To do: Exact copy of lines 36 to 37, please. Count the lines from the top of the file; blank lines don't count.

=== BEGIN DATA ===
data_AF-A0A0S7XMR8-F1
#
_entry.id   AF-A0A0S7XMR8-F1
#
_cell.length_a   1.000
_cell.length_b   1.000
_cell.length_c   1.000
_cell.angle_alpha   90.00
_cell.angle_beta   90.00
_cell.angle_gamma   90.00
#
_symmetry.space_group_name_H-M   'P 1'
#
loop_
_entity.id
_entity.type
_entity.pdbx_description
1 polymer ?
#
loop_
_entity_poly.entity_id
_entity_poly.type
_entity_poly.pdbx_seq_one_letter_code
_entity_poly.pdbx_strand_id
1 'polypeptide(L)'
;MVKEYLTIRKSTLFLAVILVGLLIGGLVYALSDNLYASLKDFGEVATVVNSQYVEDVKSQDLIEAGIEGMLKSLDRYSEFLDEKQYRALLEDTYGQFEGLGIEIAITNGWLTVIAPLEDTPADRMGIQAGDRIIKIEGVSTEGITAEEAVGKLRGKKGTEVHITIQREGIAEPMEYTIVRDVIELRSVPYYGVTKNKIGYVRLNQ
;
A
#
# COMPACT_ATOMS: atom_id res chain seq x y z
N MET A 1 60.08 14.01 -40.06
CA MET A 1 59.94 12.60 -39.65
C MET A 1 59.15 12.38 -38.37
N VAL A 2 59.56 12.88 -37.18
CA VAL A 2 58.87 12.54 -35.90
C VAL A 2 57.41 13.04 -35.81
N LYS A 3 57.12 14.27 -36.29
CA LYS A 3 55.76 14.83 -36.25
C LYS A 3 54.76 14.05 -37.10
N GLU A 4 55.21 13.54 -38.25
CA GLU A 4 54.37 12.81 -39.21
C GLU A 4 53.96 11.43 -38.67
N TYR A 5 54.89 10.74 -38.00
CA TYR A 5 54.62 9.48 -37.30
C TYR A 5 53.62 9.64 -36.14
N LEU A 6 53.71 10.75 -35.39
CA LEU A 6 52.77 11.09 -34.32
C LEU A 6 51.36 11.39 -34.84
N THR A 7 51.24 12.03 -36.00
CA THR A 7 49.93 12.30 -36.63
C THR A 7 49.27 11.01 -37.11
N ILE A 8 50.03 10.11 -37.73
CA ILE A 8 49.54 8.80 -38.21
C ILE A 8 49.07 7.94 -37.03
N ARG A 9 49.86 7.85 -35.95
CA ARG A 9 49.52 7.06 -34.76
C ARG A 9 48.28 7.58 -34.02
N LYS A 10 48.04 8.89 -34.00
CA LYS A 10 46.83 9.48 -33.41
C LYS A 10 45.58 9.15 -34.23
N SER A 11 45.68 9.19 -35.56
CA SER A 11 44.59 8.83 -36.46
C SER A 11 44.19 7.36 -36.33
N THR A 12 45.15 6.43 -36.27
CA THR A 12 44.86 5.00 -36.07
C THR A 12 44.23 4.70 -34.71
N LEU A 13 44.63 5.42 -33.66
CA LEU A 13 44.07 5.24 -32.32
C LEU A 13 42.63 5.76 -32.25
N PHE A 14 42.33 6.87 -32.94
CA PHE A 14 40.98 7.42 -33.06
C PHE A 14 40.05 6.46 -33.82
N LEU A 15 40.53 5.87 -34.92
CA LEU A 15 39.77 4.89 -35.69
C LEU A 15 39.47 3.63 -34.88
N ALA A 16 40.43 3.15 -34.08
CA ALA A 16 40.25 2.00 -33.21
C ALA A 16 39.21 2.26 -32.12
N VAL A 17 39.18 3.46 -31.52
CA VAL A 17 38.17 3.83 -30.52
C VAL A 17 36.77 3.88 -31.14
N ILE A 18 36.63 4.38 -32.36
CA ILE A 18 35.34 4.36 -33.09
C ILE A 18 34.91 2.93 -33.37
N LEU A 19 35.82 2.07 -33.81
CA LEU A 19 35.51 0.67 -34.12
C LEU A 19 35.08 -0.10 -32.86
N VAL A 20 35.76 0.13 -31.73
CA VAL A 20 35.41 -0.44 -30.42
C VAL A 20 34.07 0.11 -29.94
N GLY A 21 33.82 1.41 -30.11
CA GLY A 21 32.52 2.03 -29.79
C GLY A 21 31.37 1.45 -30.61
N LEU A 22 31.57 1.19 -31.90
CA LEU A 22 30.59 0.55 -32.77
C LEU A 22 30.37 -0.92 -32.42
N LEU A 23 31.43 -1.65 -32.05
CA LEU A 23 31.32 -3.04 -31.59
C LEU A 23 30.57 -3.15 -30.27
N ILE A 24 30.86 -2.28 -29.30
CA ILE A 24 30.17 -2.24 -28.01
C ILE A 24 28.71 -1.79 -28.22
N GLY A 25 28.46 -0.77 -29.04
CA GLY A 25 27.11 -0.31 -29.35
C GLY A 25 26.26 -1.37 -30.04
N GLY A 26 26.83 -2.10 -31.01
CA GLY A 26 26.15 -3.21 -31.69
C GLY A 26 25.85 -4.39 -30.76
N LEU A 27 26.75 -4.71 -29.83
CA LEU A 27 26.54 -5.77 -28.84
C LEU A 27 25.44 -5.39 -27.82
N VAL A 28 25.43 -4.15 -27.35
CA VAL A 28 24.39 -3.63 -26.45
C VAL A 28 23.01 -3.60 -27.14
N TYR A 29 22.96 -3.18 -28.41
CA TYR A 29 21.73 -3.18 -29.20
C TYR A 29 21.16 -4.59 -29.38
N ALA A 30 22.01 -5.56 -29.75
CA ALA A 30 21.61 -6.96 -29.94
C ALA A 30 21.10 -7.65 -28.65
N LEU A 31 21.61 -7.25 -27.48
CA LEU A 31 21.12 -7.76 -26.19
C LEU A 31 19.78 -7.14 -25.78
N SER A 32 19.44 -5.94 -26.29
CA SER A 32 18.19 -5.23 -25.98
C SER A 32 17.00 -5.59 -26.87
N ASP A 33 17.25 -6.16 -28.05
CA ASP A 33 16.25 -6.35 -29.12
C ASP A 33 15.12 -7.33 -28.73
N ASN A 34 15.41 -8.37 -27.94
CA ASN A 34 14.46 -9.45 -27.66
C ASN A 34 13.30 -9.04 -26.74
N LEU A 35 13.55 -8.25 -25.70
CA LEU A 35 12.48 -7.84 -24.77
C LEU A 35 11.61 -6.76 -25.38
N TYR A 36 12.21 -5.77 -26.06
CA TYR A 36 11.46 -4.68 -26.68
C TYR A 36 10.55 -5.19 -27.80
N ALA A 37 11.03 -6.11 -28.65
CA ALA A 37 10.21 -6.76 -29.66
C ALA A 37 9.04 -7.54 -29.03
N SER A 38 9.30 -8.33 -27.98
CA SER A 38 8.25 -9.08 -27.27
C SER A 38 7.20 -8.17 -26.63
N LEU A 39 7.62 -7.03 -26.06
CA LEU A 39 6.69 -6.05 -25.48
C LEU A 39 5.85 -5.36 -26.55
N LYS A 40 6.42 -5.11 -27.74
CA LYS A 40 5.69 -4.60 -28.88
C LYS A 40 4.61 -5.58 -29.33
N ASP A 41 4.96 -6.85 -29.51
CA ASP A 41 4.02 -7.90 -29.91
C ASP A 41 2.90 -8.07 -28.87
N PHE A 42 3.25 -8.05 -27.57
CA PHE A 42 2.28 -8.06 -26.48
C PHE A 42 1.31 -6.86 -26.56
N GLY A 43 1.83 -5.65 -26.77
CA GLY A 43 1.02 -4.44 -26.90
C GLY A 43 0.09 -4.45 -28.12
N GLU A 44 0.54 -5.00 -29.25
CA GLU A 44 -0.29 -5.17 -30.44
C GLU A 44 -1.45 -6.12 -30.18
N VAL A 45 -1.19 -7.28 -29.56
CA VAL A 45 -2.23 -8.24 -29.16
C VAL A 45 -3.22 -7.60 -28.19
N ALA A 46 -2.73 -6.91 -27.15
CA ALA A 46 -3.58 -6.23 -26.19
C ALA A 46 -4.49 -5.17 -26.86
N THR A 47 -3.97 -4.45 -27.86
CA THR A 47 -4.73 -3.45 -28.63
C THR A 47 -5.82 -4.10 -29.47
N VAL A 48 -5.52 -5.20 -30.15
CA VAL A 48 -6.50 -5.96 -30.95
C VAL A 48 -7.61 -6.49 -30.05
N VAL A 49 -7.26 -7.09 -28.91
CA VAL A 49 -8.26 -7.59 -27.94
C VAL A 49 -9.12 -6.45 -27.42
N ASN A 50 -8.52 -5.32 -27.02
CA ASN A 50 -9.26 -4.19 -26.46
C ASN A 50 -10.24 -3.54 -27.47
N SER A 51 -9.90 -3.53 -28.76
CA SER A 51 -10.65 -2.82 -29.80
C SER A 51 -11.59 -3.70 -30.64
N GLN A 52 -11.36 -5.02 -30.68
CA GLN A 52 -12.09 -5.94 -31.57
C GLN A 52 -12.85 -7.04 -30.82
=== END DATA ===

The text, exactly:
C VAL A 2 57.41 13.04 -35.81
N LYS A 3 57.12 14.27 -36.29